Publishing access database on web, how and which way is the best? (1 Viewer)

adi2011

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Hello,

I have small program in access database which contains about 100 cca tables, querys, forms, macros in total. Customer which both program from me, wants me to enable him to access this program not just from work, it wants to access it from home or when he is on business trip from hotel etc.

I am little confused how to achieve this and what are my options? I assume I have to set by database somewhere on server and so my customer could access it any time? Do I have to upsize access database to SQL express or similar?

Also, one more important question: is it possible to "convert" access database into HTML code or similar so it could be accessed via web browser without need to install microsoft access and with freedom that it can be opened from any type of PC OS (Linux, Mac etc)?

Any help is appreciated and many thanks in advance!

Adi
 

Pat Hartman

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There is no conversion path from where you are now to the web.

1. If you want to convert to an Access 2013 Web application, you will need to RECREATE EVERYTHING except tables (those can be upsized - whoopty do). Forms are completely different and have different events. Reports are not possible at all. And VBA is not supported so your only option is macros which will probably not support all your existing functionality. And on top of that you need to purchase and install and maintain SharePoint or have it hosted for you at a service bureau.

2. If you want to go to HTML or other "native" web environment, again, you must start from scratch but this time you will need to learn a whole new language and development environment.

3. The simplest solution for an existing application is Citrix or Terminal Services. That will allow you to run the Access app on your server at work from anywhere. Since everything runs on the server and only keystrokes are sent to the server and screen pictures are sent back from the server, this is quite speedy. If you don't have a lot of users to support and you have a computer you can dedicate to the task, Terminal zervices is probably the cheapest solution. You set up the Boss' computer to allow remote connections and leave it powered up all the time (although, he can and should be logged off). Then he starts the remote session from his laptop. Some versions of Windows come with the Remote Desktop Client included and for others you need to purchase it. I think it runs around $125 per seat. Access doesn't need to be installed on the laptop because you are not actually running on the laptop. You are running the app on your server back at the office. Terminal services is only sending keystrokes and getting back pictures of the desktop in a browser window.

4. The final solution is to upsize the BE to SQL Server which you will have hosted by some service provider. Your Access FE can then connect to the SQL Server in the cloud. For this solution, the laptop needs Access installed and you need to distribute the FE to any remote user. This is the "middle" option as far as work you need to do. It is not hard to upsize to sQL Server but unless you have already used good client/server techniques with your forms and queries, you will have work to do to make the application function well. For a small database with only a few users, this option would run around $5 per month for the hosting.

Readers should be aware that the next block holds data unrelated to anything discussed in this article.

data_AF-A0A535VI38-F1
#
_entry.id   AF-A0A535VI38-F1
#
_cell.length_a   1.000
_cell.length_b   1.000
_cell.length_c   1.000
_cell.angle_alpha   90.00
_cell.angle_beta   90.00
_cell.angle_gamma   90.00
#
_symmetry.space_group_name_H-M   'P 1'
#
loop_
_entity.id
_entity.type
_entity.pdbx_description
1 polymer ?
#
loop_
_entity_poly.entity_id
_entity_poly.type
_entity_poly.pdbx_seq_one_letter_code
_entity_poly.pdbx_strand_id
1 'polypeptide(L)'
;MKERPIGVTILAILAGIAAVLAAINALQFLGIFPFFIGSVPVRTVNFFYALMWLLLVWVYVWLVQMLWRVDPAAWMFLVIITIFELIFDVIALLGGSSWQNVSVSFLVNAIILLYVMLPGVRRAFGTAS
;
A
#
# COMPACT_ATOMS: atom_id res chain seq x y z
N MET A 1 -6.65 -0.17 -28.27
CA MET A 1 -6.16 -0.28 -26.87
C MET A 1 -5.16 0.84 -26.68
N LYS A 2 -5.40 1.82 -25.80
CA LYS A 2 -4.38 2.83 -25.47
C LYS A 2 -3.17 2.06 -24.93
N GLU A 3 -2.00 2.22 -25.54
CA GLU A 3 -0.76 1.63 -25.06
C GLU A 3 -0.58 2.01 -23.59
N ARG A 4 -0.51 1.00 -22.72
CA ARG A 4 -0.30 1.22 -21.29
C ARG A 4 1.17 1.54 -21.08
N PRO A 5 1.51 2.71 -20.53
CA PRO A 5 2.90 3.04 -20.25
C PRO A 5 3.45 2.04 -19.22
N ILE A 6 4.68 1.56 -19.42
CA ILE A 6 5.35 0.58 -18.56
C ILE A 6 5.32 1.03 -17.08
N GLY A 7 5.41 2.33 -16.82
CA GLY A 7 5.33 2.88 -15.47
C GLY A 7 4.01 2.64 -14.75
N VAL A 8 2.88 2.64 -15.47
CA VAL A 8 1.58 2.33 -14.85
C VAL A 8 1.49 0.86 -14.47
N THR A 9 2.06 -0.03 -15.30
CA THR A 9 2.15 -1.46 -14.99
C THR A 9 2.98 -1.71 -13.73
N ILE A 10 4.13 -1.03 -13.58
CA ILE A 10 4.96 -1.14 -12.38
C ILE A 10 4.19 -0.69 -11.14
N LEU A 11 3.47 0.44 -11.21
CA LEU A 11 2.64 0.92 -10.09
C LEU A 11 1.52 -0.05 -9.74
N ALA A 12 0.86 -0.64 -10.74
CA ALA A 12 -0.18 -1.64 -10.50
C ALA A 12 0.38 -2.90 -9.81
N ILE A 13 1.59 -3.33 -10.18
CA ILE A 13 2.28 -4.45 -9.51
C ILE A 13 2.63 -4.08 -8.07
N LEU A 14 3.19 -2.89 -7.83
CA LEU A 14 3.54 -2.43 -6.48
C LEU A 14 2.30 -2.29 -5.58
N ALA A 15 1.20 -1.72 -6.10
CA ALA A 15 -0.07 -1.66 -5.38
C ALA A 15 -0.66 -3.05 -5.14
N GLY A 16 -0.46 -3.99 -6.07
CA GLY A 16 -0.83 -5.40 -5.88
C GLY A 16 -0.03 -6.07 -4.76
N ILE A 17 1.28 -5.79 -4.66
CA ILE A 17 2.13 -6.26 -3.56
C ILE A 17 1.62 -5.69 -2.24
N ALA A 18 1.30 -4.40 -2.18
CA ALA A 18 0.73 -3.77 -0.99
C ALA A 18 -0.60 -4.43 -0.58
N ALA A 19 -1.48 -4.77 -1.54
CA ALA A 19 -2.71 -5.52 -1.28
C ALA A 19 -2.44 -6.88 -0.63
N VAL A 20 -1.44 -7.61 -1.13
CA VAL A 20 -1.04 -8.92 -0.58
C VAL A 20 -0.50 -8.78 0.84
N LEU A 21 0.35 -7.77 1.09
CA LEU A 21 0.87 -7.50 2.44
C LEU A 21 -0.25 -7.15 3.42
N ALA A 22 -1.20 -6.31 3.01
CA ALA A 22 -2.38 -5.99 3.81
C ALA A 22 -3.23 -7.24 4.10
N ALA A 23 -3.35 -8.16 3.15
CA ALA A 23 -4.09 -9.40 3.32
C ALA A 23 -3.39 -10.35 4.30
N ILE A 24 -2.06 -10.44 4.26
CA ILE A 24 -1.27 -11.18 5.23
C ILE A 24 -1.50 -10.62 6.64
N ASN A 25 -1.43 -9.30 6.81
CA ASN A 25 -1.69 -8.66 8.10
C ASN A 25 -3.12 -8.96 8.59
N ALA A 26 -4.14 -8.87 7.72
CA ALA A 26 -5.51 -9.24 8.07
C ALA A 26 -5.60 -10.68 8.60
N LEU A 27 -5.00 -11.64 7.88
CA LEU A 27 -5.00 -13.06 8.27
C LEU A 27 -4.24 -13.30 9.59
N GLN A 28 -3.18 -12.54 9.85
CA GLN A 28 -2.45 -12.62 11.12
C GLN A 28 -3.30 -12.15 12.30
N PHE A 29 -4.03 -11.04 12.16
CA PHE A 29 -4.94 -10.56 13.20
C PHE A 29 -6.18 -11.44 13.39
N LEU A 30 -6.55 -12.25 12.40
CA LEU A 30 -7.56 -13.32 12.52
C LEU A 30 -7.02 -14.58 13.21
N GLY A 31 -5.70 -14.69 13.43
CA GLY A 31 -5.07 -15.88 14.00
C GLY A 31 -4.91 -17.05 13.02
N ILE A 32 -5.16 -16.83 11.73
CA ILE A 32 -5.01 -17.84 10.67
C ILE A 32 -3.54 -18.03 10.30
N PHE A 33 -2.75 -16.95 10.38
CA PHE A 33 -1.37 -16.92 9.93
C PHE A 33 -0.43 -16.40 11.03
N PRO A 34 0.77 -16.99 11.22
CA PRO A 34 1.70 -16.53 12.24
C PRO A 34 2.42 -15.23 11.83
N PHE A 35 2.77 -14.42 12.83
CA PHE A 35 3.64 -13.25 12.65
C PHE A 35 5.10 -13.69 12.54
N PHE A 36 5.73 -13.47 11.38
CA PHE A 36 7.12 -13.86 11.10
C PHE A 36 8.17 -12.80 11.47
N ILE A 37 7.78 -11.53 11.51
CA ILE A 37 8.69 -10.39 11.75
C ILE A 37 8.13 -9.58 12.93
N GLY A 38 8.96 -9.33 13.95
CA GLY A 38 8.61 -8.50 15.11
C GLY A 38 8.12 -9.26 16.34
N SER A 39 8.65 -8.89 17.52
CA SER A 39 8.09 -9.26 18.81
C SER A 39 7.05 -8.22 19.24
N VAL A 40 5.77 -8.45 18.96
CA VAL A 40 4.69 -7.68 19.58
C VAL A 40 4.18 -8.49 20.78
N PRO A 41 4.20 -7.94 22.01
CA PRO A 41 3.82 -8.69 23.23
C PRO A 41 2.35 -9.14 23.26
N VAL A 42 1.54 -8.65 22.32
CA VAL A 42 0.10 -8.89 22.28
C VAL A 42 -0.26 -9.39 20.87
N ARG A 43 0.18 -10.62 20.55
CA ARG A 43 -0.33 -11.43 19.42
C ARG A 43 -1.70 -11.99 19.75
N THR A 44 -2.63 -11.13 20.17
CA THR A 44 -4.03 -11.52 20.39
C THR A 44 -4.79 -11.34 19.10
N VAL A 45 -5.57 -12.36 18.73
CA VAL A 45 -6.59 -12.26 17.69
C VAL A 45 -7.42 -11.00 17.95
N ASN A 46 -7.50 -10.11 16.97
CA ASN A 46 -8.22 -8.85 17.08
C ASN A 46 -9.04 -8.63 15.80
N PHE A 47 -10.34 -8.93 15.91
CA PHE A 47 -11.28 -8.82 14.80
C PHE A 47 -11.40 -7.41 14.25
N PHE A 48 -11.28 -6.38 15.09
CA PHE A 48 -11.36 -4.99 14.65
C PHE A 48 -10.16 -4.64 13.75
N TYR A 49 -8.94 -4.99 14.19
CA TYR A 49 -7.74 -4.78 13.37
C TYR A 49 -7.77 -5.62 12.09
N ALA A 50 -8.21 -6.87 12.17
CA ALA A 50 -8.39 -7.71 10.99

Options 1 and 2 will cost thousands of dollars and take hundreds of man-hours for an application your size. Option 3 can be done in a few hours and might require the purchase of a couple of Remote Connect client licenses. Option 4 could take a few dozen hours depending on how quick you are and how much you have to change to make the app client/server complient plus the $5 per month for hosting the BE. You could actually try option 4 without making any application changes but you are likely to find it too slow.
 

adi2011

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Hello Pat,

Thank you very much for detailed post as it very helpeful and I understant it much better.

I agree that third option is the best and I will definitely go with that. Can you tell me what are the disadvantages of this method? Which are the main differences in compare with standard-local access to datababes from end-users point of view? Speed, availability, safety etc?

Thank you.
Adi
 

gemma-the-husky

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i was looking at implemeting as web databases, and there are added problems.

i forget the correct terminology, but one issue is that web pages are not data aware. you can reclick processes, use the back button and repeat processes that you should not be able to. so design of web databases needs to follow a different paradigm to a normal database.
 

spikepl

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@Pat

Since OP's question is recurring quite often and you have provided a succinct outline of options, may I suggest that you nail it more permanently to the bulletin board for the enjoyment of the hoi polloi, or else I guess it might slide into oblivion pretty pronto.
 

adi2011

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Hello again,

Can you please answer me on these questions:

- Can you tell me what are the disadvantages of this method (no. 3)? Which are the main differences in compare with standard-local access to datababes from end-users point of view? Speed, availability, safety etc?